Sue arrived at the meeting early but almost bolted before she entered the room. Someone called out her name, and now she couldn’t make a fast exit. It was April, the friend she always sat with during the meetings. There was no turning back. Sue picked up her name tag, pinned it on her sweater, and then she and April found a seat. They caught up on family news.
“So what have you been working on lately?” Sue inquired.
“Not too much. We’ve been busy remolding our house, along with watching the grandkids.”
Sue envied her. April’s ancestors came to America on the Mayflower, but mine didn’t arrive until the early 1920’s.
“How about you? Any recent discoveries?”
“I’ve been …”
The president of the local genealogical society stood at the podium and began to speak. Those milling around, quickly found seats. You could hear a pin drop. What did she say? It might be quiet in the room, except for the president speaking, but a war waged in Sue’s mind. It appeared that bees had found an open passage and were buzzing throughout her stomach. What did she say about the next meeting? Who would speak next month? Sue attempted to breathe deeply without making it obvious. One leg began to shake. She hoped it wasn’t noticeable to those around her. She said a prayer and asked the Lord to help calm her spirit. Many times, Sue had heard Joyce Meyer say to “do it afraid.” She attempted to act on the advice. How did she get herself into this?
A few months ago, Debbie asked if Sue would share a personal genealogical story. She surprised herself and said yes. What was she thinking? Striking her head, she wondered what had she done? She knew public speaking wasn’t her forte. She avoided it like the H1N1. Maybe there was a cancel clause. She couldn’t renege. What would people think? They would call her a coward. She couldn’t back-out. She said yes. She needed to be dependable and keep her word. What if her family, who lives two-thousand miles away, visited - unexpectedly? Sorry Debbie, no can do. Family unexpectedly dropped by. Probably not.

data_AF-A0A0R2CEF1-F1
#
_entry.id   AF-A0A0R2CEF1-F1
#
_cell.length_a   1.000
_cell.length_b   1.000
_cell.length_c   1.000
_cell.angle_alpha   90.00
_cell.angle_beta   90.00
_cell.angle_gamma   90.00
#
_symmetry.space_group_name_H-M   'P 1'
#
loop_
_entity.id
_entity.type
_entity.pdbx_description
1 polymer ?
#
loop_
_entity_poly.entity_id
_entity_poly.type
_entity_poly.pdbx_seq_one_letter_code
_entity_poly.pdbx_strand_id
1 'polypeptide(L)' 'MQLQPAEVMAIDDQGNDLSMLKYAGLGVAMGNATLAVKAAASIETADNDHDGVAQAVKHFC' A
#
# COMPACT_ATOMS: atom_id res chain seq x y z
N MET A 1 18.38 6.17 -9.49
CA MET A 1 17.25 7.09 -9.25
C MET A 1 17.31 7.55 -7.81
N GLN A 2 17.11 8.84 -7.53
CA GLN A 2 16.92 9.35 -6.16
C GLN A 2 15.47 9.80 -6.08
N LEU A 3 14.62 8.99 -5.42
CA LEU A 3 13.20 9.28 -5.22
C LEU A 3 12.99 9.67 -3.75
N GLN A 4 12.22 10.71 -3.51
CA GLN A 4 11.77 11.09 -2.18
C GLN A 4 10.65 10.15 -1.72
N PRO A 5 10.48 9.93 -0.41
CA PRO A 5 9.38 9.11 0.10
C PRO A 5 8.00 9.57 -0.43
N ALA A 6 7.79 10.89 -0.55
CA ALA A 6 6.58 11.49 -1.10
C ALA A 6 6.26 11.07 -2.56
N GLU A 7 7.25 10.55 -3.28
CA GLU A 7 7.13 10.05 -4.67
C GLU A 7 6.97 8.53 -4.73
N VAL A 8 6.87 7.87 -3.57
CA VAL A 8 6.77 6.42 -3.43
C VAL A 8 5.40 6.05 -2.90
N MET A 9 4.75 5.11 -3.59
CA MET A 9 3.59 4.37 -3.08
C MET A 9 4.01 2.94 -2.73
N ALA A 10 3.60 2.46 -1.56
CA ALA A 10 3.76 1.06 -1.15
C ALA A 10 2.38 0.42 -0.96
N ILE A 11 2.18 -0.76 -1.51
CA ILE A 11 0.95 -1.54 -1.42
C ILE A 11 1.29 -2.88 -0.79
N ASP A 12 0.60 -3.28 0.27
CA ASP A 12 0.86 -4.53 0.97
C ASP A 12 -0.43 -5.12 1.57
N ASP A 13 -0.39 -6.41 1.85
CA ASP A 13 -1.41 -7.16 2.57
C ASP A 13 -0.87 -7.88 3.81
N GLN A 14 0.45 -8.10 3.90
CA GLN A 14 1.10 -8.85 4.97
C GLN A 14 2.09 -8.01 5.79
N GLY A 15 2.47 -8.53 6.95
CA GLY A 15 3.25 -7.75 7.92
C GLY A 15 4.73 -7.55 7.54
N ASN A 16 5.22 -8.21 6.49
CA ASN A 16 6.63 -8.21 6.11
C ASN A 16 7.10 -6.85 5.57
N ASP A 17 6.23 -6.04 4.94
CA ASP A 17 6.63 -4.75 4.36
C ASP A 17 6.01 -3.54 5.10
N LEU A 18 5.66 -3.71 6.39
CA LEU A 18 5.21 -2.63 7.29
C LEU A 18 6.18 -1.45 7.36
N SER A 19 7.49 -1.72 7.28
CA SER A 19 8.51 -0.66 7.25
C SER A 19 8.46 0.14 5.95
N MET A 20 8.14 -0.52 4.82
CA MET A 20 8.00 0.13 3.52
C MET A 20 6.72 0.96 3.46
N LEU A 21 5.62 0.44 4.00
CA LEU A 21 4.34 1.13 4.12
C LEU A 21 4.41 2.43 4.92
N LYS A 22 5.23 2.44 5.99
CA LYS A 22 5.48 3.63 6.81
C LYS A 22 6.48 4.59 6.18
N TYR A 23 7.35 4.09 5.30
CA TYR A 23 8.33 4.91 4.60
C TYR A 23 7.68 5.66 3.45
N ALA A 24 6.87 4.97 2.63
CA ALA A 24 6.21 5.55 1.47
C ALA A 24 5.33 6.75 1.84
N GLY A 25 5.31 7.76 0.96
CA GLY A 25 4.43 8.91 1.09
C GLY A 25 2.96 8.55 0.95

A voice brought Sue back to the present. There she was. Debbie. The culprit who had cornered Sue and asked her to speak. Imaginary daggers were thrown her way.
“April, I’m a bit nervous,” Sue admitted.
“You’ll do just fine,” April said, as she patted Sue’s arm.
Debbie stood at the podium and announced, “Next, Sue will share a personal story.”
Sue shook her head. Yikes! It’s show time. With a quite prayer, she grabbed her notes and walked toward the podium. She hugged the podium like Linus, clinging to his blanket. She scanned the crowd, smiled, and began.
She shared the journey of searching for her father’s birth family. The search began without a name - well only the first letter of the last name. How could one find a family with so little to go on? The journey was engrained in her soul. She continued without another glance at her notes. The group laughed when she shared about waiting for a month to hear from the adoption agency representative, only to find out the person helping her had retired. At one point, Sue asked if she was talking too long. The group smiled. That’s all the encouragement she needed to continue. Sue concluded that it took four-years to search and find her father’s birth family. Her premise: nothing is impossible.
Sue was energized from her speech. Debbie, remember her? The speaker coordinator? She approached Sue afterwards and thanked her for speaking. Believe it or not, Sue thanked her for being asked to speak. She was grateful to God for His help and strength. But you won’t see Sue back at the podium any time soon; she’s planning an extended vacation from speaking engagements.
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